What is GNSS?
A Global Navigation Satellite System (GNSS) is a constellation of satellites providing signals from space that transmit positioning and timing data to GNSS receivers. These receivers then use this data to determine their location. European GNSS (E-GNSS) consists of the satellite signals sent by the Galileo constellation and the augmentation services provided by EGNOS. One of the responsibilities of the European Union Agency for the Space Programme (EUSPA) is the management of the European GNSS system. It does this through the GNSS Service Centre (GSC), which supports service provision and provides a single interface for Galileo users. EGNOS operation and service provision has been contracted by the EUSPA to the European Satellite Services Provider (ESSP), enabling also a single interface for EGNOS users via this EGNOS User Support website.
The European Geostationary Navigation Overlay Service (EGNOS) is Europe's regional satellite-based augmentation system (SBAS) that is used to improve the performance of global navigation satellite systems (GNSSs), such as GPS and Galileo. EGNOS provides three services: Open Service, Safety of Life and EGNOS Data Access Service (EDAS).
EGNOS uses GNSS measurements taken by accurately located reference stations deployed across Europe. All measured GNSS errors are transferred to a central computing centre, where differential corrections and integrity messages are calculated. These calculations are then broadcast over the covered area using geostationary satellites that serve as an augmentation, or overlay, to the original GNSS message.
As a result, EGNOS improves the accuracy and reliability of GNSS positioning information, while also providing a crucial integrity message regarding the continuity and availability of a signal. In addition, EGNOS also transmits an extremely accurate universal time signal.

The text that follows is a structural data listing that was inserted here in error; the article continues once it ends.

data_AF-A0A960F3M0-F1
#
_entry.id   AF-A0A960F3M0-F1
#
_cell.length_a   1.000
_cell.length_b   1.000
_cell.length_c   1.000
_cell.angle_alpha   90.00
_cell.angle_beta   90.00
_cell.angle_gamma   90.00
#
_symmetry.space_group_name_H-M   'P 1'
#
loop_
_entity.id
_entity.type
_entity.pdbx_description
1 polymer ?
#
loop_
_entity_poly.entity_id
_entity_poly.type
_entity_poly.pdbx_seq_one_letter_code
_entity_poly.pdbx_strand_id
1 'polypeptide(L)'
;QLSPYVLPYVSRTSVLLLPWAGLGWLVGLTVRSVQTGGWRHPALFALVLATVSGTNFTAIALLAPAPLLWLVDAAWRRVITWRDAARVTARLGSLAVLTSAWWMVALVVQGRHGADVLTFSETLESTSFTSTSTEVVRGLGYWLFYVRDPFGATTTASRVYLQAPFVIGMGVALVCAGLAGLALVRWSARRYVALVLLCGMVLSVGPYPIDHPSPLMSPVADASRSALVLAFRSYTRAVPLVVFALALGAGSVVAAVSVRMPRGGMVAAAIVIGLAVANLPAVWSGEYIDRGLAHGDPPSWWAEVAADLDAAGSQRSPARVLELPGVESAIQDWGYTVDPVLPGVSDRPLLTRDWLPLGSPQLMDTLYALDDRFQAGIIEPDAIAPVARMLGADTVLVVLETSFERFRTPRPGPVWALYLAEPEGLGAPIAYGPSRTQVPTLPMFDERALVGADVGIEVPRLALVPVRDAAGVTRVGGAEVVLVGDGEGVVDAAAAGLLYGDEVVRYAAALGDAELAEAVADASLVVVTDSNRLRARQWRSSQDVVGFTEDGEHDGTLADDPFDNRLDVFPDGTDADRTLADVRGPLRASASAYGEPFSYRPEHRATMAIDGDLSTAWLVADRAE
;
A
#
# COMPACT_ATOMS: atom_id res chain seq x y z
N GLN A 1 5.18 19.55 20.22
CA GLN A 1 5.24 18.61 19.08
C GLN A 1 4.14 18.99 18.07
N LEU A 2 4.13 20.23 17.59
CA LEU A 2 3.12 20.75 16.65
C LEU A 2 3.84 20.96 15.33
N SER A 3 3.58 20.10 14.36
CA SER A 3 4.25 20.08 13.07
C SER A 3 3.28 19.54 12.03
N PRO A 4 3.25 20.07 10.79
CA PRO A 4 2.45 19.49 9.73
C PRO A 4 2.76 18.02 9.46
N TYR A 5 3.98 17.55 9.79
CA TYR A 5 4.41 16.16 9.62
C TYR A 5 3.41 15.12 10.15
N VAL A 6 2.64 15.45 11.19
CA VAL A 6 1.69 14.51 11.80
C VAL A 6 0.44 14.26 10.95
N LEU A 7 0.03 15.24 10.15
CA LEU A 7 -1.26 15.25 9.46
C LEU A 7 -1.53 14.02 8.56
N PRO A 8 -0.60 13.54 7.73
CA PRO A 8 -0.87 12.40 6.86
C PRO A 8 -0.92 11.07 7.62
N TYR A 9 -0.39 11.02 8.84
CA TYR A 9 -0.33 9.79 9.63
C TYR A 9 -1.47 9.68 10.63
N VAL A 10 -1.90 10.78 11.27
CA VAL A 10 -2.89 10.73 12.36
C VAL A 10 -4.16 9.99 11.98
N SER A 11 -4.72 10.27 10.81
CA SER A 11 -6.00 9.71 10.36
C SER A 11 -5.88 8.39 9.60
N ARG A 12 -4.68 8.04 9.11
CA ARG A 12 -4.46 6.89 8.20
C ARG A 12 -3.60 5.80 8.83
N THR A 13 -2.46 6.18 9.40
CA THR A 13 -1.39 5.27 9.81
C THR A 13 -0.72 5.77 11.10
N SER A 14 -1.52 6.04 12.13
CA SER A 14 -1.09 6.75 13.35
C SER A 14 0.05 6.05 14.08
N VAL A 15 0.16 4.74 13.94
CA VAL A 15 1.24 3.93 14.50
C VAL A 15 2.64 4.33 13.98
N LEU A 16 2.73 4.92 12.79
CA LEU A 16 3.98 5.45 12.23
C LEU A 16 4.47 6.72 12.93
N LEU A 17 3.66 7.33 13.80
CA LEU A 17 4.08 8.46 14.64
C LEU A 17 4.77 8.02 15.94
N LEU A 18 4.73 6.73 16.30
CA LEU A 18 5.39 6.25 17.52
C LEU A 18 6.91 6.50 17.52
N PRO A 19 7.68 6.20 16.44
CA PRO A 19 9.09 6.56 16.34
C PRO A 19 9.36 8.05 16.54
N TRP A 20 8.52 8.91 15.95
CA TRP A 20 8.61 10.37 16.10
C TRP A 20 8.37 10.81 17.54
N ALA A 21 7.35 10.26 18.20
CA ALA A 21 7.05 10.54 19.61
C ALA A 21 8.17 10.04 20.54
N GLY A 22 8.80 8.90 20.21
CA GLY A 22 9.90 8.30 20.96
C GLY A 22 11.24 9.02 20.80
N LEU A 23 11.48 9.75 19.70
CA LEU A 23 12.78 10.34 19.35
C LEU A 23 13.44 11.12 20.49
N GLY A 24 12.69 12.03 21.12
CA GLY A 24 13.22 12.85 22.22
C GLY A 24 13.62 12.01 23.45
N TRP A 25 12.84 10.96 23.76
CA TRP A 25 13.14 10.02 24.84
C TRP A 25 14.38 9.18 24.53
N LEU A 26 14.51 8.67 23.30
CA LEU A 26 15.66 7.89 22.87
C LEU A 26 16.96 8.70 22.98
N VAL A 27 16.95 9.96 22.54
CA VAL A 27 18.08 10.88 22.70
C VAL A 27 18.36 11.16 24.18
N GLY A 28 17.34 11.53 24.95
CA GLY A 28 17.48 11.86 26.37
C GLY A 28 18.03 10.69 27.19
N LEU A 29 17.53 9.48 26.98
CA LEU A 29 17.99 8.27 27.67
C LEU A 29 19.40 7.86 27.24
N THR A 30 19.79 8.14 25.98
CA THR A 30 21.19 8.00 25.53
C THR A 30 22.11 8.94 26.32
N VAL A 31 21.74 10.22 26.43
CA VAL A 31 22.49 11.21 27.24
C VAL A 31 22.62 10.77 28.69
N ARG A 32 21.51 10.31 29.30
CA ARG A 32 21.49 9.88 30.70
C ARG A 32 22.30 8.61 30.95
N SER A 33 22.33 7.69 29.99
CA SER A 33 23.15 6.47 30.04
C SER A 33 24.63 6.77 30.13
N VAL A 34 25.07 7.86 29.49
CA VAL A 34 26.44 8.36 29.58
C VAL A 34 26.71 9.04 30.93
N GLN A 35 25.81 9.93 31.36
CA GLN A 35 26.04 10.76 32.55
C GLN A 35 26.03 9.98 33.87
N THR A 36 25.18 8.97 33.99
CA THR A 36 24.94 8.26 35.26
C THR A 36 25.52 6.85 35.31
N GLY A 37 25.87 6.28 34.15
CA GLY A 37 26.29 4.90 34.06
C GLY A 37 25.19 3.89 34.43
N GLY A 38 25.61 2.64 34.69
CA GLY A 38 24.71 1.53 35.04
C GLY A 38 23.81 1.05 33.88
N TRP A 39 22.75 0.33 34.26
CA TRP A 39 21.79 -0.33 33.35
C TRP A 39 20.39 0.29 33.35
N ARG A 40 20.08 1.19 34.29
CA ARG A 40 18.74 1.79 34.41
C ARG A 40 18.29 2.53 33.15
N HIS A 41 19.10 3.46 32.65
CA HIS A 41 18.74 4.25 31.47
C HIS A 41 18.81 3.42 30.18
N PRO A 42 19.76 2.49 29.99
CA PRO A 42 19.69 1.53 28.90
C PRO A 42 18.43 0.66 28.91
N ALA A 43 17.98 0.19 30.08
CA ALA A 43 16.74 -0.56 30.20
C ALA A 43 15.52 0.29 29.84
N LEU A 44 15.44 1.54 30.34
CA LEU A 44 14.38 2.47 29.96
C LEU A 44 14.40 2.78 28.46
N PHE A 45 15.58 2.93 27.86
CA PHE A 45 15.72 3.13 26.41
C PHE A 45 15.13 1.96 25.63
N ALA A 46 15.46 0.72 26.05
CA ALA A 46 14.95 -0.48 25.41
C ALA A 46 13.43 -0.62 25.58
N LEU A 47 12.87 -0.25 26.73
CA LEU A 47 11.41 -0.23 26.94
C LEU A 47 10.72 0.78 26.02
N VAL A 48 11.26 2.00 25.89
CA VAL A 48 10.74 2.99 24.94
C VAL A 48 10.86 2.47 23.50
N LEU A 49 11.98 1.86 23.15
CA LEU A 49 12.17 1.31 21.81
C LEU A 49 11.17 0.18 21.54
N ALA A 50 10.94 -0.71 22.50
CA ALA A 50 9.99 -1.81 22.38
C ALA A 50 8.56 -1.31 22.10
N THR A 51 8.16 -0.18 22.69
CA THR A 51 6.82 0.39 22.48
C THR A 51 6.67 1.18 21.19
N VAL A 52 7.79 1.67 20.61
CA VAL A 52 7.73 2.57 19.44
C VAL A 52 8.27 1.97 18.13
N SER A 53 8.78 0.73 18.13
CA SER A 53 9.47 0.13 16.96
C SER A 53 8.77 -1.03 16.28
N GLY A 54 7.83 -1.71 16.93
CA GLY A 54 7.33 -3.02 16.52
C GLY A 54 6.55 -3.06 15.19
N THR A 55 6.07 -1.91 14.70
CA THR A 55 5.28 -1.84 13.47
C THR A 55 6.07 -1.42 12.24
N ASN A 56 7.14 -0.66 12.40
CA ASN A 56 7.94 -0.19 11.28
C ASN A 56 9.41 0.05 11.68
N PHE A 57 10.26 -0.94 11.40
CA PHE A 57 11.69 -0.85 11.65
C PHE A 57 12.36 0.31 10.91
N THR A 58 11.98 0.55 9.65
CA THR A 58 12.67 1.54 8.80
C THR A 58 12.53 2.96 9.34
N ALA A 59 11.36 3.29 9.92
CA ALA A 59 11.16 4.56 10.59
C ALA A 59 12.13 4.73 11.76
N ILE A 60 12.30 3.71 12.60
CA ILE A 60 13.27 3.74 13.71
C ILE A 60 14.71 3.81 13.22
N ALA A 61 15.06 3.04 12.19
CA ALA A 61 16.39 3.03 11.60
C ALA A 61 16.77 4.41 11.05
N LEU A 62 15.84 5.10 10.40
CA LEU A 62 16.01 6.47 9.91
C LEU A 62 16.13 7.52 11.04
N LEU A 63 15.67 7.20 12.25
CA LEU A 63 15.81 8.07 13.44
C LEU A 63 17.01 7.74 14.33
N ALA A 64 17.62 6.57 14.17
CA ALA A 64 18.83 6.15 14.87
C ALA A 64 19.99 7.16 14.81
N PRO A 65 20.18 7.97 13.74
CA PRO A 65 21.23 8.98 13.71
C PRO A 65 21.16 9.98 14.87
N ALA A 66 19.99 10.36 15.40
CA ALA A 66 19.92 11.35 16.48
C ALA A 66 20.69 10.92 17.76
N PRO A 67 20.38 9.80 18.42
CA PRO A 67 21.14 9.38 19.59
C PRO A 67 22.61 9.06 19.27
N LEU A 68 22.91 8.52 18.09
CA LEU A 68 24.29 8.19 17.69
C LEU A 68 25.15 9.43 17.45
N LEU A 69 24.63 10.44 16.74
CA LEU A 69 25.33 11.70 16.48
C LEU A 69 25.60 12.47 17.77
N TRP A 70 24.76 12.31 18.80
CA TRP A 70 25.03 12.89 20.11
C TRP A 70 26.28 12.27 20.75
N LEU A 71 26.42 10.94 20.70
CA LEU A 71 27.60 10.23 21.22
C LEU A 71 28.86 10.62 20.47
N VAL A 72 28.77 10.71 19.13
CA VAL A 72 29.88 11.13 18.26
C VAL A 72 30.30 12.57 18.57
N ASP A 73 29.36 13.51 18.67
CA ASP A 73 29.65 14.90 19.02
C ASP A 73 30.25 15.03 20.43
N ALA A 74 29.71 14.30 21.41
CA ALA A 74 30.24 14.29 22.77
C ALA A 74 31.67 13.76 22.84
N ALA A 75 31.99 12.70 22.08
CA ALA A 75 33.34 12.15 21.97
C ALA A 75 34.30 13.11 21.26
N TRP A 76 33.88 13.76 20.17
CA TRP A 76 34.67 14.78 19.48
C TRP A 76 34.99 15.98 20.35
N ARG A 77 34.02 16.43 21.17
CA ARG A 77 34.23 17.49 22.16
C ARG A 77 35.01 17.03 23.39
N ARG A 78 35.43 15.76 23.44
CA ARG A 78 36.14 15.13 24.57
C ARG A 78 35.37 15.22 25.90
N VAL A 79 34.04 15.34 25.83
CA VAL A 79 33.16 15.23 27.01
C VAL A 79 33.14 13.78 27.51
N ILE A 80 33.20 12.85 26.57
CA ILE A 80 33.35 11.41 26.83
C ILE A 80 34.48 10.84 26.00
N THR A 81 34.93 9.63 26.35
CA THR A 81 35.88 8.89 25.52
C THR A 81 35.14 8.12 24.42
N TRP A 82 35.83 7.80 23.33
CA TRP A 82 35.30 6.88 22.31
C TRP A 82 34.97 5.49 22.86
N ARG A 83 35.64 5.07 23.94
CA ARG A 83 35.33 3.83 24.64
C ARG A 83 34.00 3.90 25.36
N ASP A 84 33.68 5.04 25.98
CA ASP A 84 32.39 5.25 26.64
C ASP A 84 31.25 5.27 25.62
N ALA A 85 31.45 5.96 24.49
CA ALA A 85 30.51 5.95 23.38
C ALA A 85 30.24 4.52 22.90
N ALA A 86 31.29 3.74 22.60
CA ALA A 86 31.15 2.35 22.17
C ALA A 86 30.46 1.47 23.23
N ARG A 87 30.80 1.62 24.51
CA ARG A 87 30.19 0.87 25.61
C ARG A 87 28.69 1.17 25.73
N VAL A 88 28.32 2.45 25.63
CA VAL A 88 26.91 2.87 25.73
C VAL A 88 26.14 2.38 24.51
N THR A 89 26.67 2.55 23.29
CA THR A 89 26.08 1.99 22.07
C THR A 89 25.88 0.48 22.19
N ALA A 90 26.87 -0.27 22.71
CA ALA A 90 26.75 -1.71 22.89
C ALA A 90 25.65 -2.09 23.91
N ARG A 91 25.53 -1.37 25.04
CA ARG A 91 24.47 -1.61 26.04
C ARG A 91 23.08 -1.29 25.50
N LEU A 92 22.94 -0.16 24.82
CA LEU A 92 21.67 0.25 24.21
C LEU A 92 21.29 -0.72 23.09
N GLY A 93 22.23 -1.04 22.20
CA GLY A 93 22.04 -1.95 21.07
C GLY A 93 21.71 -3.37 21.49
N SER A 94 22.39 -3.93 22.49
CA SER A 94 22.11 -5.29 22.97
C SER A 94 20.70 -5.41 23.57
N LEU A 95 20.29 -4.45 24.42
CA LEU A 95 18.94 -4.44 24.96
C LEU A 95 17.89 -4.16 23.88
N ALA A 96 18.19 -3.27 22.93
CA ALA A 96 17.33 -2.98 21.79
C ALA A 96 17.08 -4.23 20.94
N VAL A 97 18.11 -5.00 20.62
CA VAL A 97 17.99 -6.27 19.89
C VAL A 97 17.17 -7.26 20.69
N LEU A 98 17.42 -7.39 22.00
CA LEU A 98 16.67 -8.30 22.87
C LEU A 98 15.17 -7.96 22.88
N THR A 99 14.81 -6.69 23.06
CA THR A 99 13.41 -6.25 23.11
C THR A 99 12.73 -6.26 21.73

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Galileo is Europe’s Global Navigation Satellite System, providing standalone navigation, positioning and timing information to users worldwide. Unlike other systems, it is under civilian control and has been designed in response to the diverse needs of different user communities. The four Galileo services (Open Service, Commercial Service, Search and Rescue and Public Regulated Service) will offer various levels of accuracy, robustness, authentication and security. Galileo declared its provision of Initial Services in late 2016.
Galileo provides benefits for European services and users, such as:
- It allows users to know their exact position with greater precision than other available systems.
- The products that people use every day, from the navigation device in their cars to their mobile phones, benefit from the increased accuracy that Galileo provides.
- Critical, emergency response-services benefit from Galileo.
- Galileo’s services will make Europe’s roads and railways safer and more efficient.
- It boosts European innovation, contributing to the creation of new products and services, creating jobs and allowing Europe to own a greater share of the EUR 175 billion global GNSS market (Source: GSA Market Report Issue V).
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